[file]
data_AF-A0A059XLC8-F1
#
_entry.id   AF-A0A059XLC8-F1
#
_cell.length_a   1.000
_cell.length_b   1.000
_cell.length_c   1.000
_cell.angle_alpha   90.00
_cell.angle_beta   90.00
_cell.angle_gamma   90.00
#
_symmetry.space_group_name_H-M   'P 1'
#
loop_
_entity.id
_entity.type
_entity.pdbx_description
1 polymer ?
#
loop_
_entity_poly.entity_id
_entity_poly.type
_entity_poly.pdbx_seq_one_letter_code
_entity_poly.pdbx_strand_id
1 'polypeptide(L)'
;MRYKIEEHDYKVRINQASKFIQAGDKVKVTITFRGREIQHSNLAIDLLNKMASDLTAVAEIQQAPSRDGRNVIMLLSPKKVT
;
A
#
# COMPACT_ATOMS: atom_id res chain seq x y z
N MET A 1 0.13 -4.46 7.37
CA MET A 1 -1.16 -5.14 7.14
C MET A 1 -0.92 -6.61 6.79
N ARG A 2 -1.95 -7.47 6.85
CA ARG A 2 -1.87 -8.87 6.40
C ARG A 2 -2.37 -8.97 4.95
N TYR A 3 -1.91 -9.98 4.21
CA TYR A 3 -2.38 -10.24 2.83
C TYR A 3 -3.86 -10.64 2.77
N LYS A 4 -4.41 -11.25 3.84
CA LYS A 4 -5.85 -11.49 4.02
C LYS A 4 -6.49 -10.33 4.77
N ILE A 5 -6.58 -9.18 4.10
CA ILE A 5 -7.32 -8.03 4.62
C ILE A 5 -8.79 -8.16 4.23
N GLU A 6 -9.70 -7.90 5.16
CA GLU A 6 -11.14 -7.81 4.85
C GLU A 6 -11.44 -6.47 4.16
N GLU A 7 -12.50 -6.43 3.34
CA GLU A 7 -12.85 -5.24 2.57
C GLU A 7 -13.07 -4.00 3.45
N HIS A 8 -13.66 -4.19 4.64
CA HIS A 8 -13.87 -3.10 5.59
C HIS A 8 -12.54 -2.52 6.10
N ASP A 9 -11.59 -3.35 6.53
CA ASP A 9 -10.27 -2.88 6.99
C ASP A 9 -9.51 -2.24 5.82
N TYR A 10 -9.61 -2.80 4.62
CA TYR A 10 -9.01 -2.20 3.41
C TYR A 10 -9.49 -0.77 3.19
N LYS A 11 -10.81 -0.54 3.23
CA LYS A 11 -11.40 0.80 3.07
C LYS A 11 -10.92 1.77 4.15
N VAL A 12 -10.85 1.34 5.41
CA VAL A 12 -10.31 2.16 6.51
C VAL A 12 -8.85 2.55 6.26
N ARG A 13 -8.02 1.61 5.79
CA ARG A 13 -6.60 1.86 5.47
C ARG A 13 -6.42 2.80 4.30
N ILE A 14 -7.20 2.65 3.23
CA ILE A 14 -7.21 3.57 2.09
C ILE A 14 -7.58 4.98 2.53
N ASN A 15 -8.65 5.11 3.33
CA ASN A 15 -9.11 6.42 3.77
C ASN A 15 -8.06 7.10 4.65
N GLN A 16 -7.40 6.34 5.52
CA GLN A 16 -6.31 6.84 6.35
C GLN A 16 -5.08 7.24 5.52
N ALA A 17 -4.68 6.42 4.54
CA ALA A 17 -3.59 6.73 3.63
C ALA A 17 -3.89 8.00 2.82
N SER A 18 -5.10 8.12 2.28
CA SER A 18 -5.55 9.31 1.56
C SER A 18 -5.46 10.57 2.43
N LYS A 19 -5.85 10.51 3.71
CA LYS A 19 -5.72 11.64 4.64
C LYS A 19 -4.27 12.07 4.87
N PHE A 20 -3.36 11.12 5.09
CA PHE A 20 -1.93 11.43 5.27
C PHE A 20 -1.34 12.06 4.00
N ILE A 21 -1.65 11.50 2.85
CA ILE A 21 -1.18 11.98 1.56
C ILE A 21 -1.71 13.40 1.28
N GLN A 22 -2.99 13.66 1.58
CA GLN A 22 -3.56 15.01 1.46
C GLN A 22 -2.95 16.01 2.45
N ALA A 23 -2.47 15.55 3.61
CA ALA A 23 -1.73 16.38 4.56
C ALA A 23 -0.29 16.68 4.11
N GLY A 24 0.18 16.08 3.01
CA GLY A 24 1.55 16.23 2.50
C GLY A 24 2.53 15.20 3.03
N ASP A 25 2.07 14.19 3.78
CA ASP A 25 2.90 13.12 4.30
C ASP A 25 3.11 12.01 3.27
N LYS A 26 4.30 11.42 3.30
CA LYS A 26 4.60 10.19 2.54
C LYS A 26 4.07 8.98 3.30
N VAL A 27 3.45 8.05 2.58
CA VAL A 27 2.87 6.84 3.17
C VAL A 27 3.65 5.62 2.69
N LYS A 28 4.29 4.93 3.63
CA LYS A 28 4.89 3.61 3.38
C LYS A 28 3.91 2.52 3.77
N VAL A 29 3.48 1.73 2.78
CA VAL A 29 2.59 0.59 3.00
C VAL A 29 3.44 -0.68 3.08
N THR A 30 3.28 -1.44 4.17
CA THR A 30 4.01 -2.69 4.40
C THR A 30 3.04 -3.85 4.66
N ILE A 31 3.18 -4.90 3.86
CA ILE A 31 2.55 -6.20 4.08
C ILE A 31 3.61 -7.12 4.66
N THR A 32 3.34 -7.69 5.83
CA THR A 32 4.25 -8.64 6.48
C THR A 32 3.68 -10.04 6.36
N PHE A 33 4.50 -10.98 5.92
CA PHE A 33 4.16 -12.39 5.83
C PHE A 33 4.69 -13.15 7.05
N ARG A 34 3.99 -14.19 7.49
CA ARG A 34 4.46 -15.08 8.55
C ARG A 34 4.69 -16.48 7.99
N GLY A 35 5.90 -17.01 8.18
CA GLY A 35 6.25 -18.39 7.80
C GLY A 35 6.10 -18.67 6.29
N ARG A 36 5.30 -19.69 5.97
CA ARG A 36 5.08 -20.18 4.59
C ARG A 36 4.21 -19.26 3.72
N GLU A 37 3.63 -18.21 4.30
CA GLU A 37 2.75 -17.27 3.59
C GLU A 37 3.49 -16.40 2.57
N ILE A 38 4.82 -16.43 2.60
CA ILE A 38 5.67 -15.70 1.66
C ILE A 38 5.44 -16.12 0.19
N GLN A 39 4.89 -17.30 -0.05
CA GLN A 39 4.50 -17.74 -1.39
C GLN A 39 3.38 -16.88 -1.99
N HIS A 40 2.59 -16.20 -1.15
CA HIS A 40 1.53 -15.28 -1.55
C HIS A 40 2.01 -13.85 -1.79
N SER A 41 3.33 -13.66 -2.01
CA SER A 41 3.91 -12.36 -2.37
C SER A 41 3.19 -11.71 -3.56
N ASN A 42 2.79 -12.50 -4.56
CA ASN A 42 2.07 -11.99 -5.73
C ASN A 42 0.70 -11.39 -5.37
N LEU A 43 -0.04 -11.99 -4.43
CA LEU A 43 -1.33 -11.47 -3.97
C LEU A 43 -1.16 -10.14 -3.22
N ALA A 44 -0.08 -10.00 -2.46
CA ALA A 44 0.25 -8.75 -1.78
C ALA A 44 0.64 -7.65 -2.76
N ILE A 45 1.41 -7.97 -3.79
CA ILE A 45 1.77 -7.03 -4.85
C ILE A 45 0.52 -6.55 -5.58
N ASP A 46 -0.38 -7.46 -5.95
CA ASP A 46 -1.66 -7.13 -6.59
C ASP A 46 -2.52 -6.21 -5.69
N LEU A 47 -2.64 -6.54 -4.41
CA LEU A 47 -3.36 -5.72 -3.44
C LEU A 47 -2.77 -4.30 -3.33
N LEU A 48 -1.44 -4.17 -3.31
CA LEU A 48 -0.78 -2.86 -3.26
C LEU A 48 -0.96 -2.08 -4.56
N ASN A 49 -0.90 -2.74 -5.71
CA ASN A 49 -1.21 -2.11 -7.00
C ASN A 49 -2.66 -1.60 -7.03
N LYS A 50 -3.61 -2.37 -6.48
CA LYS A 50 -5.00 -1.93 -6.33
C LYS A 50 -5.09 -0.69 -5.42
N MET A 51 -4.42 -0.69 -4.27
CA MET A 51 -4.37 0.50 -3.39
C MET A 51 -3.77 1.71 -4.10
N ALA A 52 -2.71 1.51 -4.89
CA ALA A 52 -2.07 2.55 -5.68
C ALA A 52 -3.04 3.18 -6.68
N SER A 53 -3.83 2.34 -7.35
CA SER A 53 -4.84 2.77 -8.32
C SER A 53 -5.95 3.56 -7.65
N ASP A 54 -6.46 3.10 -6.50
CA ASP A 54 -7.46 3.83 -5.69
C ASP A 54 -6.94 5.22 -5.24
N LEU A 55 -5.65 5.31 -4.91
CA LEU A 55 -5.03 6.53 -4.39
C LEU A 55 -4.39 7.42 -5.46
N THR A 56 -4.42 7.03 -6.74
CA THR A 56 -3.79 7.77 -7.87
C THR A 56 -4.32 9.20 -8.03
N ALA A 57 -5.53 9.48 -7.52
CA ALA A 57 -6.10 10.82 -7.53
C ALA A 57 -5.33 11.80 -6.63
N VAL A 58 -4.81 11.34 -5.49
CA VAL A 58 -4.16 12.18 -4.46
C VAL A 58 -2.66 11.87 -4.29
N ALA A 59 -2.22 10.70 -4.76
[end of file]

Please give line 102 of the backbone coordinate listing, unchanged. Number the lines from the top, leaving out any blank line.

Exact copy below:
C GLY A 24 2.53 15.20 3.03